The Three Questions

You have the right to create work you love, -- work that is fun, work that is meaningful, work that allows you to develop your talents, and work that is rewarding (and I mean financially).

That is your right.
That is your responsibility.
That is your privilege.

But how? How do you “create work?” What does that really mean?

If you are like most of us, you were taught to search for the perfect job or project by going out into the marketplace and looking for what is available. You seek out the “box.” And, then you try to find ways to fit yourself into that predefined box.

This is a reactive process. Reactive in the sense that you are responding or reacting to work that is out there and that has been predefined by someone else. It’s hard to create meaningful, fun, fulfilling work that way when it’s someone else’s box of things to do.

Creating work is a proactive process. You don’t start by seeing how you can fit yourself into a box. (Ha ha… If you are anything like me, you don’t fit in a box!)

Don’t start by looking into the job market to see what role you can fill. Begin by looking within yourself. Start with you and figure out what you have to offer.

In order to create work effectively, you must be able to answer these three questions:

1. Who am I and what do I have to offer the marketplace?

Think of your talents, your gifts, and your abilities, all those things you do well and that come naturally to you. You can add in your skills and experience and weave together what I call a "value proposition." Specifically and literally, how are you proposing to add value to a company, a team, an organization? What do you really have to offer and what makes you unique and different from everyone else?

2. What results do I bring and why does this matter?

What happens when you bring your "value proposition" to a company? What kind of impact do you have? How is it relevant? Think of your past. What contributions have you made? Where have you made a difference? What proof do you have that your value proposition is actually valuable? Make a case for where you have added value in the past and quantify it.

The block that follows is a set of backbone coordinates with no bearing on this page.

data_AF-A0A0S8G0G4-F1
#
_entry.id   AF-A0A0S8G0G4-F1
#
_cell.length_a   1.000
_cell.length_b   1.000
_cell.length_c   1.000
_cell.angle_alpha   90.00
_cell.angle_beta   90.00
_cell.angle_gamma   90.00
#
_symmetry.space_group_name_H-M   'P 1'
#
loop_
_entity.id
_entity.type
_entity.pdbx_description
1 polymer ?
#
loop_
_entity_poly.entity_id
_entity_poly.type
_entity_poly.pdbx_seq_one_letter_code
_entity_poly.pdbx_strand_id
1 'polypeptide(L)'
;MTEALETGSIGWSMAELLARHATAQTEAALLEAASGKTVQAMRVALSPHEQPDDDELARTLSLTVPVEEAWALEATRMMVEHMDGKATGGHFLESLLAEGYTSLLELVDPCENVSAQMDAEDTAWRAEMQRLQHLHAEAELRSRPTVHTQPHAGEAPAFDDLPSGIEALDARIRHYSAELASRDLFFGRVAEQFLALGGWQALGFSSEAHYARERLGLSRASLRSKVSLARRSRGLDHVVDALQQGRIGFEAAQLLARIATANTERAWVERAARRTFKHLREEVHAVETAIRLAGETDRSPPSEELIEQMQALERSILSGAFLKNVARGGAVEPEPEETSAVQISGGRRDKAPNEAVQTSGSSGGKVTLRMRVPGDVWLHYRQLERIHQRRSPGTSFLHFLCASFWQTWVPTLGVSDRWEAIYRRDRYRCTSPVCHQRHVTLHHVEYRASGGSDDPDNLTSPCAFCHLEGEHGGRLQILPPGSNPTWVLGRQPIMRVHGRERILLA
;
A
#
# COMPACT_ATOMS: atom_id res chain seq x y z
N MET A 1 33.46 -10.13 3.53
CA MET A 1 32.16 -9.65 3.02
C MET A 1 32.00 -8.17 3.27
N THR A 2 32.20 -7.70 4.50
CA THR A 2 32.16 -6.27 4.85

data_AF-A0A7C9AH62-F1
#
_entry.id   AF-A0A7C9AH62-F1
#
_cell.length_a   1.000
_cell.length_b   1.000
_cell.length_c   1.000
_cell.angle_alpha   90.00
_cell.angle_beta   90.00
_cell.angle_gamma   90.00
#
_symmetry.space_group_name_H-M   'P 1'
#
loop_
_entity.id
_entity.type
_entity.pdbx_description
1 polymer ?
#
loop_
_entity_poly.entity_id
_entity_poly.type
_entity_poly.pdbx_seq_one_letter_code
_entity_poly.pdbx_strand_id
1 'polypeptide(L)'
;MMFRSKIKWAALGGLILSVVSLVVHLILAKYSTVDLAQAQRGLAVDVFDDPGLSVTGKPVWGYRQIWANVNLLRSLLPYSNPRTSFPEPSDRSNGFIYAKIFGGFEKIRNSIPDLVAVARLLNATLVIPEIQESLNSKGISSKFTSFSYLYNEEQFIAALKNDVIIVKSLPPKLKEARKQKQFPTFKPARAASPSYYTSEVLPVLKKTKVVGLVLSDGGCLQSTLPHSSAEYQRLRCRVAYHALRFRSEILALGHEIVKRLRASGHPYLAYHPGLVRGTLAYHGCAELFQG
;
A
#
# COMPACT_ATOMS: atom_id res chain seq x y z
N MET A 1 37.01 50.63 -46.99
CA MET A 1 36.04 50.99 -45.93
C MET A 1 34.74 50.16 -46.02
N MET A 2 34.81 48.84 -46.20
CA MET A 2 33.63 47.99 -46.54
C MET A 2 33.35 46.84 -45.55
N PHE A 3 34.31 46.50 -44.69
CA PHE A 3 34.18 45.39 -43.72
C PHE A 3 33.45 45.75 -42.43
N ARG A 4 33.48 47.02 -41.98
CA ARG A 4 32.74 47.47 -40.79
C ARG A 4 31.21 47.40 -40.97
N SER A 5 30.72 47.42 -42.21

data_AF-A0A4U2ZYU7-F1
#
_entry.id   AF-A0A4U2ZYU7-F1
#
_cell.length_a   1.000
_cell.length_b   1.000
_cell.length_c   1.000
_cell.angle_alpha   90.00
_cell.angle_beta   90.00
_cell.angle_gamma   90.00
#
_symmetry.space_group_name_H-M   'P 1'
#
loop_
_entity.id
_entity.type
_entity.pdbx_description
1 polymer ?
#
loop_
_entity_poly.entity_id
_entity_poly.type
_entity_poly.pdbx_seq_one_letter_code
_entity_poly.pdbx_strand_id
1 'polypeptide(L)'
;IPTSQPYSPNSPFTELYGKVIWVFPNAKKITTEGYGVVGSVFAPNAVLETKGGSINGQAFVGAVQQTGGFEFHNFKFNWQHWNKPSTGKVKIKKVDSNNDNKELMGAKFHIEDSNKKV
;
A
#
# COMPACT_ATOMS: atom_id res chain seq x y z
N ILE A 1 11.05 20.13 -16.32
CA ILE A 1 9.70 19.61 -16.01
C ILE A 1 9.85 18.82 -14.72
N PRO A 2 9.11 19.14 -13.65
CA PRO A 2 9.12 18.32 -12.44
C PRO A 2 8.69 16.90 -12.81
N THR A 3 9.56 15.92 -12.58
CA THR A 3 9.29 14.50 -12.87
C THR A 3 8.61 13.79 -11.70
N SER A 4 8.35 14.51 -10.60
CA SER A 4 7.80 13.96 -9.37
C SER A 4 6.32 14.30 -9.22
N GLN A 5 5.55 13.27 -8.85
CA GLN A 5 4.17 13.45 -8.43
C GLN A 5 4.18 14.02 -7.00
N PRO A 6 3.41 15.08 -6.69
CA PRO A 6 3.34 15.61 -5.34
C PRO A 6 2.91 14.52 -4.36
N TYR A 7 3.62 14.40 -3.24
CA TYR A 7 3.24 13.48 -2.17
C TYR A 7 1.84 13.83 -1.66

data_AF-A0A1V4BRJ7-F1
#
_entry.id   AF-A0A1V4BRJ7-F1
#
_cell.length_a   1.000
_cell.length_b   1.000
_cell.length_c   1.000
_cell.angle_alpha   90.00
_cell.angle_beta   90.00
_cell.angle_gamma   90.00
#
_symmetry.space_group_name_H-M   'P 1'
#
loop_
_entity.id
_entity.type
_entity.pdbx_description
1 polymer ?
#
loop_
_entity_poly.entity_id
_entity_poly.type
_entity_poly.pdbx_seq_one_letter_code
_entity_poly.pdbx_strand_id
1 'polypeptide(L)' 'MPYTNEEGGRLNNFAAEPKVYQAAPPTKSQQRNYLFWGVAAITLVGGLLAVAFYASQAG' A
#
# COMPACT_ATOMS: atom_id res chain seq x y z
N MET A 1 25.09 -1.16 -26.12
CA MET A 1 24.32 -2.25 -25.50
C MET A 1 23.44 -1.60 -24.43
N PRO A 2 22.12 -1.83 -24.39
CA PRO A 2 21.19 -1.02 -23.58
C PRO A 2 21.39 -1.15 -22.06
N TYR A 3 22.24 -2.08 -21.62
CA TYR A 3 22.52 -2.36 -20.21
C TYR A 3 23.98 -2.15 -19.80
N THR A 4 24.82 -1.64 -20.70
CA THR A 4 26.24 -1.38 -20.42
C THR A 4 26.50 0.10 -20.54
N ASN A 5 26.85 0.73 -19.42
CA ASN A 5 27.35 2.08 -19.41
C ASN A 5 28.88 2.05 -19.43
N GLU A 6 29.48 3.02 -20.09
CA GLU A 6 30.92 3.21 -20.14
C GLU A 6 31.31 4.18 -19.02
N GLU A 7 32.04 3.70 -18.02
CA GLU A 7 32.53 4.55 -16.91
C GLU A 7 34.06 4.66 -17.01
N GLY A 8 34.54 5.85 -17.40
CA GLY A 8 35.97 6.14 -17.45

3. Who needs what I have? Who can I help?

Once you have determined what you can do and where you can really make an impact, you’ll want to think about who you can help. Who needs what you’ve got? What kind of company, team, or industry will benefit from what you have to give? When you have this figured out, reach out to them.

How did you do with these questions? Great! Now you are ready to go out into the marketplace and make a case for who you are and what you have to offer. You are going to become an advocate for your "value proposition." You are going to seek out those who need what you have. And that, my friend, is how you create work!

If you have had some trouble answering these questions…and some of them are hard…reach out to me here.

(PS. I am going to begin working with small groups…and may start a small coaching group at the end of June. Will keep you posted. Let me know if you are interested. In the meantime, have fun creating! And, let me know how you are doing…)

What I Believe About You

You were born with a unique set of gifts,
talents and abilities and your “job”
is to figure out them out so that you
can make your unique contribution to
the world and be richly rewarded for it.

You are free to do work you love.
Forget what you learned about work having to be “labor, drudgery and toil” and insist on your right to be happy at work. Yes, most of us have to work in order to be responsible adults, but no one said that you have to suffer for it. Work can be fun. Work can be fulfilling. Work can be meaningful. Don’t settle for less.

RECOMMENDATION: If you are in a soul-sucking job, make plans to move. You don’t have to leave right away. You just need to make a plan and take steps towards your goal. And, it’s never too soon to start. BOTTOMLINE: Be proactive, get out there and create work that works for you.

You are free to choose how to use your talents in the world.
If you were like me, you were told to develop skills so that you would be employable. But, if you want to be truly irreplaceable at work, you will learn how to discover and use your talents. Skills can be taught; talents are innate, inborn and cannot be easily replicated. Talents are what you do well, what comes so naturally to you that it doesn’t feel like work. Find opportunities where you can refine your talents, express your talents, and appreciate your talents.

RECOMMENDATION: Don’t stay in a job that won’t allow you to use your gifts for they will wither if unused. Find a company, a partner, a client that will appreciate your gifts. Please try to do more than use your skills. If you weave your skills and experience together with your talents, not only will you be unstoppable, you will be memorable and make that contribution which you seek. You will also be better paid.

You are free to ask to be paid fairly for the value you provide.
It’s only right that you are paid fairly for your contribution. There is (almost) nothing worse than going “over and above” and giving your company your all, while they are paying you dirt. Don’t be afraid to ask for what you are worth. And, if they won’t pay, move on.

RECOMMENDATION: If you are underpaid, you have several choices. You can quit (not always the best option, but sometimes necessary). Stay in place until you find something else. Or, stay at your job, but stop giving 110%. Do what they ask. Perform your skill. Work within traditional office hours. Leave your job at the office when you go home. They are not paying you enough to improve things, to invest your intellectual capital, or think about the office on your own time. Do a good job, but no more than is expected of you. Give them what they are paying for. That’s it. Use your free time to do what you love. That time is for you.